• To shorten the project life cycle and fast track the settlement of land claims, the business processes are mapped out in Box 1 of page 8 of the Annual Report.
    • We have learned that some of the steps take much longer than anticipated for example the simple step of land valuation to agree on the price at which to compensate the landowner.
business process supporting documentation
BUSINESS PROCESS: Supporting Documentation
  • To work out just and equitable compensation, the factors mentioned in Section 25 of the Constitution must be complied with.
  • We hope that the new Expropriation Bill will expand on the application of these factors in the implementation of expropriation.
  • The Commission is challenged to obtain relevant documents, i.e. identity documents, family trees, marriage and death certificates
  • It becomes complex whenever there are several wives or where there are “illegitimate” or “adopted” children.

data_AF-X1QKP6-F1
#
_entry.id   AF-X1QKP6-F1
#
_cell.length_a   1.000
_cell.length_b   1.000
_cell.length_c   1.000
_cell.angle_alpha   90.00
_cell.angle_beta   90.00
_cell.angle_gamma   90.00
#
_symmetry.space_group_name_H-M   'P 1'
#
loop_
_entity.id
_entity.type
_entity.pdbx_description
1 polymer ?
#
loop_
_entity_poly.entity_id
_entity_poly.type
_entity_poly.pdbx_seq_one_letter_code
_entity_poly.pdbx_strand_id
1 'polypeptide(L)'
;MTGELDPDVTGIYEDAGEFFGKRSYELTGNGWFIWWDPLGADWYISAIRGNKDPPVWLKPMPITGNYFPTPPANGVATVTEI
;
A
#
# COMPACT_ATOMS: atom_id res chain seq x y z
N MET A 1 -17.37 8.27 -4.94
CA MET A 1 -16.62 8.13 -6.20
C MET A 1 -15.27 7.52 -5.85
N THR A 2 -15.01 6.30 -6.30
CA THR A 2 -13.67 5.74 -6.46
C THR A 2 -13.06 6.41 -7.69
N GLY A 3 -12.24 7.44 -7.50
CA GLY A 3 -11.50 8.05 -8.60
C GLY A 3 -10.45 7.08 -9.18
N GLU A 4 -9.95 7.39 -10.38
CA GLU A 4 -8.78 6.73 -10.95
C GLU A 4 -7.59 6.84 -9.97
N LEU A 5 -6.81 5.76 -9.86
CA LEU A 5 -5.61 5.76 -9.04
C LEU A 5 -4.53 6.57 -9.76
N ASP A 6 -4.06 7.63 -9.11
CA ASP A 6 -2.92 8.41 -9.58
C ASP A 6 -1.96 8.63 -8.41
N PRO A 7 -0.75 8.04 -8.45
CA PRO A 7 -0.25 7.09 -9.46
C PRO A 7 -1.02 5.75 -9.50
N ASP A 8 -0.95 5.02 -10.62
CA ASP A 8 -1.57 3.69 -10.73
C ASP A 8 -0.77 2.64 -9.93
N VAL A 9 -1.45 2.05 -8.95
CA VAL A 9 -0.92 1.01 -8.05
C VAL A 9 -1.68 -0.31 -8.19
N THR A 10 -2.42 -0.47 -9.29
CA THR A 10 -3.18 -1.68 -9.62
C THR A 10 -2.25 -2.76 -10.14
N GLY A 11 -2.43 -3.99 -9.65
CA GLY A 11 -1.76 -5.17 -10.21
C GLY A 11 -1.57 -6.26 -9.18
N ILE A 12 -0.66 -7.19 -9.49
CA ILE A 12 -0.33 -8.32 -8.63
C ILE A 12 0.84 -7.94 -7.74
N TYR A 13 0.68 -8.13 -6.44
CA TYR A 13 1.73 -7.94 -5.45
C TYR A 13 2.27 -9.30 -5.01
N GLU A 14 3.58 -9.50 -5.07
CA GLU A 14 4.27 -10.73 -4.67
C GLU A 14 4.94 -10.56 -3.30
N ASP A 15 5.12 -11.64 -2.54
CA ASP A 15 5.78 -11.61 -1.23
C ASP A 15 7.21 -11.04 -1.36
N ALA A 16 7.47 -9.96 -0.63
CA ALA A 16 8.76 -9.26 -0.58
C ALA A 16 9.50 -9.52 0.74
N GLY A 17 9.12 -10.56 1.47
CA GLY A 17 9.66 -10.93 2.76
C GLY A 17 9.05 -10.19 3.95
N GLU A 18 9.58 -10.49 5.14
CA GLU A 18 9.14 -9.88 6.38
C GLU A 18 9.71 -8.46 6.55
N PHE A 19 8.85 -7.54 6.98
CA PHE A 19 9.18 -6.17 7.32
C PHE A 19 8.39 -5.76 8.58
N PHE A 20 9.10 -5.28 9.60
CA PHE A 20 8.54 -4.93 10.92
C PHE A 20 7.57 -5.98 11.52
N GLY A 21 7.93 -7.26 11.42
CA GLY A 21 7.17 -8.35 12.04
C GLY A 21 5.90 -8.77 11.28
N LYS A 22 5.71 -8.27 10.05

business process protracted process nature
BUSINESS PROCESS: Protracted Process (nature)
  • Family disputes remain a challenge.
  • Commission officials have to be diligent and eliminate fraudulent claimants who may simply want to infiltrate the system.
  • It takes time to finalise the list of rightful claimants, especially for community claims.
  • To explain the different options of redress in Restitution is a very tedious affair, requiring patience, and various skills.
business process settlement implementation support strategy development
BUSINESS PROCESS: Settlement Implementation Support Strategy Development